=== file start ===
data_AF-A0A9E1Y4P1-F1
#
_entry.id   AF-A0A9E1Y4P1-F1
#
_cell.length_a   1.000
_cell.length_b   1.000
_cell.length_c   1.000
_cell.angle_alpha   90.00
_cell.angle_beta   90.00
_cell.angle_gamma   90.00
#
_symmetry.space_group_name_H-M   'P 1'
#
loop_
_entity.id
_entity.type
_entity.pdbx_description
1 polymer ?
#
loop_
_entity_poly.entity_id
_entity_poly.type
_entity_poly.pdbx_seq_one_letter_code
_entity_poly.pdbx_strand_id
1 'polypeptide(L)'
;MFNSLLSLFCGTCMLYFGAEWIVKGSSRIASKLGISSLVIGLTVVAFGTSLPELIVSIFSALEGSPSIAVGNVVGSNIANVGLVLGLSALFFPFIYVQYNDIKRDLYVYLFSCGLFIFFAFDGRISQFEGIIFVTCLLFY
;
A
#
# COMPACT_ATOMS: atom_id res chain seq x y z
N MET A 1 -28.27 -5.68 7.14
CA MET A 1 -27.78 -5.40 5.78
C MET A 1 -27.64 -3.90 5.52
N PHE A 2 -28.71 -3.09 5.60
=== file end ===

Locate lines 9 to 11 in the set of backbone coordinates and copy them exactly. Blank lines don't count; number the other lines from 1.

_cell.angle_beta   90.00
_cell.angle_gamma   90.00
#